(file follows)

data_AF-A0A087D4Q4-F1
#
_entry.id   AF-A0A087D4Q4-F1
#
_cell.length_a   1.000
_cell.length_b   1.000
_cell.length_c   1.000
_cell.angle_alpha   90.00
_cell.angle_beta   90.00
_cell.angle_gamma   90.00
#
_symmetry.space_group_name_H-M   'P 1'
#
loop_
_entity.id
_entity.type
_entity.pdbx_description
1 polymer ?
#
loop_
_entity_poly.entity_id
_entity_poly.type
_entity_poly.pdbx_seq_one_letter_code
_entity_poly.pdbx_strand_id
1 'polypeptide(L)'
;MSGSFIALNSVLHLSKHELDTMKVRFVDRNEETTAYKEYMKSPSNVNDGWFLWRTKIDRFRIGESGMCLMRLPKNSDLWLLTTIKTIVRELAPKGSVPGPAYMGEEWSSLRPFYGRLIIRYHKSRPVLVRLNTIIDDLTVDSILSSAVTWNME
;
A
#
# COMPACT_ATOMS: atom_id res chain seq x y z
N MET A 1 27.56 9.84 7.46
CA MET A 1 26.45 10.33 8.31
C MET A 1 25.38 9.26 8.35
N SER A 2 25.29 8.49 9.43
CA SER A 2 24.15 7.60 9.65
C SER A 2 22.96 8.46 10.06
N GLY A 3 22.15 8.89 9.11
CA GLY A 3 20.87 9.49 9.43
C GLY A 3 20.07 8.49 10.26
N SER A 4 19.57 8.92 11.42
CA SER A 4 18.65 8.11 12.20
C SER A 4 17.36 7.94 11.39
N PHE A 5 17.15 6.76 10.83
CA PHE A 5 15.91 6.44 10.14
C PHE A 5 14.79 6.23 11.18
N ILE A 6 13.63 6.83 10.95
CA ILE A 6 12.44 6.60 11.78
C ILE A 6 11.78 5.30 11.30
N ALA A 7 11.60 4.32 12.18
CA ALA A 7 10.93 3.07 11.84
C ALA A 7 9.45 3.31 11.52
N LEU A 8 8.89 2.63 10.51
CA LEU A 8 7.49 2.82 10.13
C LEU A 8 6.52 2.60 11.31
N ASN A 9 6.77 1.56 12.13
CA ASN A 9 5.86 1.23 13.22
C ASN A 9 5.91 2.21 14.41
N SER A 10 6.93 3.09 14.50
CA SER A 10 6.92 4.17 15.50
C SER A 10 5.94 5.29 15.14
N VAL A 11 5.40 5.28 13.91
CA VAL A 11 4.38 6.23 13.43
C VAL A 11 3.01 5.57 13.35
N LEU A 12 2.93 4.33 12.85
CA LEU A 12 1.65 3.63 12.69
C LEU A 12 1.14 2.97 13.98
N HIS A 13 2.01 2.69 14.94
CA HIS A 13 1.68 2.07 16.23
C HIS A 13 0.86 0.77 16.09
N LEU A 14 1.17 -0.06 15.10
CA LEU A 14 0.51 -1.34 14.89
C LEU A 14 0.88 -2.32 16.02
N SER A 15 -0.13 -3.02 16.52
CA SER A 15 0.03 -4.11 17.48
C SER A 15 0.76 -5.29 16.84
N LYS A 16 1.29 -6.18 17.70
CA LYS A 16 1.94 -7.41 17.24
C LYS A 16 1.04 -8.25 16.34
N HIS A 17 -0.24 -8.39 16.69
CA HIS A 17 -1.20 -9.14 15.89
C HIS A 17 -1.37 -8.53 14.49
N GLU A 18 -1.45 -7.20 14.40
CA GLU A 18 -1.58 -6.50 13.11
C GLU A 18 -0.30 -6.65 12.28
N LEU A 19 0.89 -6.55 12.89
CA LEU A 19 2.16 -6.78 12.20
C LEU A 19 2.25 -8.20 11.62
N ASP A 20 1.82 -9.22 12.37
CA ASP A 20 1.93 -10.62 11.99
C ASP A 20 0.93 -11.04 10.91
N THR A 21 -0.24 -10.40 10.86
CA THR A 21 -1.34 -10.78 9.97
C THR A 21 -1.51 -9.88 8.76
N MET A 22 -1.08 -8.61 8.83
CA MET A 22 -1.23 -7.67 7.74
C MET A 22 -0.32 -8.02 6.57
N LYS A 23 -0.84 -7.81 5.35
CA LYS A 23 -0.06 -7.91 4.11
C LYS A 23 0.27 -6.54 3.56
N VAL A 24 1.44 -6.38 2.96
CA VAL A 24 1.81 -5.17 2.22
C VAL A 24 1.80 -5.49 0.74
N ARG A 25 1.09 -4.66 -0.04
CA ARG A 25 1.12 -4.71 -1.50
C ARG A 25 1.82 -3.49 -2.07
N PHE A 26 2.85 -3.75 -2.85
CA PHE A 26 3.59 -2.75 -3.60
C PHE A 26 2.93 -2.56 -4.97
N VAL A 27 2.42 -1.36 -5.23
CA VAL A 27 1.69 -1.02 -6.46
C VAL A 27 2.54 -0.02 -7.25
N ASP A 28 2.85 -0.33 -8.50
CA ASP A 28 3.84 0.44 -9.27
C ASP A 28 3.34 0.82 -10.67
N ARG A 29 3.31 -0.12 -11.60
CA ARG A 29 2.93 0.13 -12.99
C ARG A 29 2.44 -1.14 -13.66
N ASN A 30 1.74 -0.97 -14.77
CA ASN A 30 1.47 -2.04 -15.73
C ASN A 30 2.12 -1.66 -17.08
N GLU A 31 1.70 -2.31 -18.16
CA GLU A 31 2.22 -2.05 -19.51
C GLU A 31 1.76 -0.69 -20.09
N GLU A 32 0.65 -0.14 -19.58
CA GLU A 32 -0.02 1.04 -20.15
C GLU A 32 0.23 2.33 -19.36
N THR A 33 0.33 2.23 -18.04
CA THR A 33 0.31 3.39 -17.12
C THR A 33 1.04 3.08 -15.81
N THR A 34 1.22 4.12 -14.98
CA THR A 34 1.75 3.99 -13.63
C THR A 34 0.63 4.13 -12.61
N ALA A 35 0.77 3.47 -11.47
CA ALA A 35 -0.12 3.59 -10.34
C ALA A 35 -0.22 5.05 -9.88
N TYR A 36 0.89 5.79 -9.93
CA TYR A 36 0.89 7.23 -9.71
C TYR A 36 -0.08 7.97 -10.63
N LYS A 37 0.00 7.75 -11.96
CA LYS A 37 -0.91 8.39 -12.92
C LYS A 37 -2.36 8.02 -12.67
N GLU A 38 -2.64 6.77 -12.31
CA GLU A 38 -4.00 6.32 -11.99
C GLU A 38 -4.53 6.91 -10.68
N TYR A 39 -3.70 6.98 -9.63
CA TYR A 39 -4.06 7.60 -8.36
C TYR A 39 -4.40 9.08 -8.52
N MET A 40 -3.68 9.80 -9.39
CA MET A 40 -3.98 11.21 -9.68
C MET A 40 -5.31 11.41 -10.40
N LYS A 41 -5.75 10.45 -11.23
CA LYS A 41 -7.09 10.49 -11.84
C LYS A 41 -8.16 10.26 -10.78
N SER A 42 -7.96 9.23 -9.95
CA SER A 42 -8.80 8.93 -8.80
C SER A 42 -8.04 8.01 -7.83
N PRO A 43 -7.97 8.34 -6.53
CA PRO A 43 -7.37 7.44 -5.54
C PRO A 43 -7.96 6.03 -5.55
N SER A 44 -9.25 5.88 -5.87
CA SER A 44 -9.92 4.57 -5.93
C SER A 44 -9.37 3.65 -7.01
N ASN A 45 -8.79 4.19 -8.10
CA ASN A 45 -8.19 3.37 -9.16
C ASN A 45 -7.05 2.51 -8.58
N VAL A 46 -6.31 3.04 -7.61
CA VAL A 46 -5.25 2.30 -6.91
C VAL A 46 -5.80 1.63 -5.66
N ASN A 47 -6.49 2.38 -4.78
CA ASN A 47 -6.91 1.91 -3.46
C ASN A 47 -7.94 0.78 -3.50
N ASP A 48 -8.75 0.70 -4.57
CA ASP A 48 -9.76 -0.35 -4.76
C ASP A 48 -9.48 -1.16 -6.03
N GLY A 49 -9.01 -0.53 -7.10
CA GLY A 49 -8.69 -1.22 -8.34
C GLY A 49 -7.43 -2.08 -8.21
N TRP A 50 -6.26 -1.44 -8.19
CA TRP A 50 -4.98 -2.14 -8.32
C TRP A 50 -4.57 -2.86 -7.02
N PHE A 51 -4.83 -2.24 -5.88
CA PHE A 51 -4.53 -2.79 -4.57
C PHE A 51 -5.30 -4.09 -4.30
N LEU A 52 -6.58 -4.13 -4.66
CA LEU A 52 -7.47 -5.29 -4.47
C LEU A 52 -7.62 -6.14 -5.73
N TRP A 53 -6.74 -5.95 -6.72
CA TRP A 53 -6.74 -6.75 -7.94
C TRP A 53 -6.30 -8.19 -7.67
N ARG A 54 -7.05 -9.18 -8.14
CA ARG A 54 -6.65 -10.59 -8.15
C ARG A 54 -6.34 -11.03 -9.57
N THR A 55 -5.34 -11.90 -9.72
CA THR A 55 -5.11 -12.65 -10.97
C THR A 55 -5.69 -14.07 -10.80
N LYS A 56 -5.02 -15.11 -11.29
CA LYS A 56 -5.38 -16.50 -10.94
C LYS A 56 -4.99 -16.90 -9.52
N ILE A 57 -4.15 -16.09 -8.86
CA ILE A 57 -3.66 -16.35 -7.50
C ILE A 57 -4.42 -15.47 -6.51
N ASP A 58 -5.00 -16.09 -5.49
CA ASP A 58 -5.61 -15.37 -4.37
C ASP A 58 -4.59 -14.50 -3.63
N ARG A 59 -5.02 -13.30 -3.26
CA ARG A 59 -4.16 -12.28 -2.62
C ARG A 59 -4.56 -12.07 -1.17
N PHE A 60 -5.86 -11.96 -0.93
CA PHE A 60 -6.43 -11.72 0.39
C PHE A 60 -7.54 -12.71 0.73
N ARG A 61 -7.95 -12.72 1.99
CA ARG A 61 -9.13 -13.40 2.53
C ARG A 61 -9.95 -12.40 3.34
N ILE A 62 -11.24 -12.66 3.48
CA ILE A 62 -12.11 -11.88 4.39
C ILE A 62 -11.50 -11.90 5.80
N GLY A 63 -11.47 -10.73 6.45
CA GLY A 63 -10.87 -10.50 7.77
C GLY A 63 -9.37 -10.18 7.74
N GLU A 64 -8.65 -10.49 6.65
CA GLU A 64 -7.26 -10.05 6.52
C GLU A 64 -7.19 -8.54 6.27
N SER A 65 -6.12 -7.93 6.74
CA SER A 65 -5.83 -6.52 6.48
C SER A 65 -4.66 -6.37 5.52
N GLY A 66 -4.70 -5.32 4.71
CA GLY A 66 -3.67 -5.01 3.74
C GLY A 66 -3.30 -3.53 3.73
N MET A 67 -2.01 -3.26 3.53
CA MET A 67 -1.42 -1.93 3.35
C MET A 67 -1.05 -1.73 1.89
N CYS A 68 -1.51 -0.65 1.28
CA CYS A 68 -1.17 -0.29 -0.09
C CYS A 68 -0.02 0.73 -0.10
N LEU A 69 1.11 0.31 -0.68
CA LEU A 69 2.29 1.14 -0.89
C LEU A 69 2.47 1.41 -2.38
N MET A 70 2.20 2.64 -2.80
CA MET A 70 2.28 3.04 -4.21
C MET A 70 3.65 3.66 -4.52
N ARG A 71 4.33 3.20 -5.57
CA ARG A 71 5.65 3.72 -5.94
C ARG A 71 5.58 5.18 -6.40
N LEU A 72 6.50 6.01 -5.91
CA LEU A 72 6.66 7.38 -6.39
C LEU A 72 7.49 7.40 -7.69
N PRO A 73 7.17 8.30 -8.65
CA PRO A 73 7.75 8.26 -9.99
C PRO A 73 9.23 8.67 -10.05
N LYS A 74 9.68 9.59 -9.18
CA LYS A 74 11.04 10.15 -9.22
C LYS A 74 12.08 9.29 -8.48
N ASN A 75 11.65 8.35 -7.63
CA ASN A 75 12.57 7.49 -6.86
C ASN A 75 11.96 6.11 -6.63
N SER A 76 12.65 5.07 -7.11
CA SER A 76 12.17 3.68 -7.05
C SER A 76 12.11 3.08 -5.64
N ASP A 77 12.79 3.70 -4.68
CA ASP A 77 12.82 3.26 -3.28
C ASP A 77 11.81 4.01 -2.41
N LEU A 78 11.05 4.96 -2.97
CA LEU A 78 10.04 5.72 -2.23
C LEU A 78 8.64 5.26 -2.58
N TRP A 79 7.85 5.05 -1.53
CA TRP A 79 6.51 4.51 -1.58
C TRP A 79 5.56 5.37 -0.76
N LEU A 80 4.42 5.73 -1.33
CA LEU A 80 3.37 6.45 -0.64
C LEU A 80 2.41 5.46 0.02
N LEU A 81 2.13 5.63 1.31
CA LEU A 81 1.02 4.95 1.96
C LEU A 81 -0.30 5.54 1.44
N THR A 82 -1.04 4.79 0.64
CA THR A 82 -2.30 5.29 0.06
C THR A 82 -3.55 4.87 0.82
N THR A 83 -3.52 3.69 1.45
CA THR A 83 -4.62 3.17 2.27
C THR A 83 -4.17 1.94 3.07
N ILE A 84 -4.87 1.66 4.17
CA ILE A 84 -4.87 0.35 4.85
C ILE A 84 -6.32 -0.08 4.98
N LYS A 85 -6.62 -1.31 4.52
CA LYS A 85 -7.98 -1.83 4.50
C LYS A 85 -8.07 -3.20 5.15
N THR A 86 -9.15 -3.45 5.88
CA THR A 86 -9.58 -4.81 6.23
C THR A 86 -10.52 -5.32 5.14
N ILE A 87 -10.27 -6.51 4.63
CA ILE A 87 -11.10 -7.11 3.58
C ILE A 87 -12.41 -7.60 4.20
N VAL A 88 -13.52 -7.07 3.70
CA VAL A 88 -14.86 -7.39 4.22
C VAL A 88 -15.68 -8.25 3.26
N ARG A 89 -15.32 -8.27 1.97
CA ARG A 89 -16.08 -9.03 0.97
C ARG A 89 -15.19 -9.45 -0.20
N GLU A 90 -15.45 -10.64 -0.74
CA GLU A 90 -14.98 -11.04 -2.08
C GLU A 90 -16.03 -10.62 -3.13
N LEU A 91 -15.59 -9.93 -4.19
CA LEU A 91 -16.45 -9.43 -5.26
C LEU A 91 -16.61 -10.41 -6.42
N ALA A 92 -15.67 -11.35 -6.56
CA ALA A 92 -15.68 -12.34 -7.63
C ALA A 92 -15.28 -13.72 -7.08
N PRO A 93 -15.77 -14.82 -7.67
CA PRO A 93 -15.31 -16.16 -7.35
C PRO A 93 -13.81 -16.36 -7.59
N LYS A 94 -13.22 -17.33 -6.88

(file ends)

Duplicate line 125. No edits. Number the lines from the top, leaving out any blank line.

CA GLU A 32 -0.02 1.04 -20.15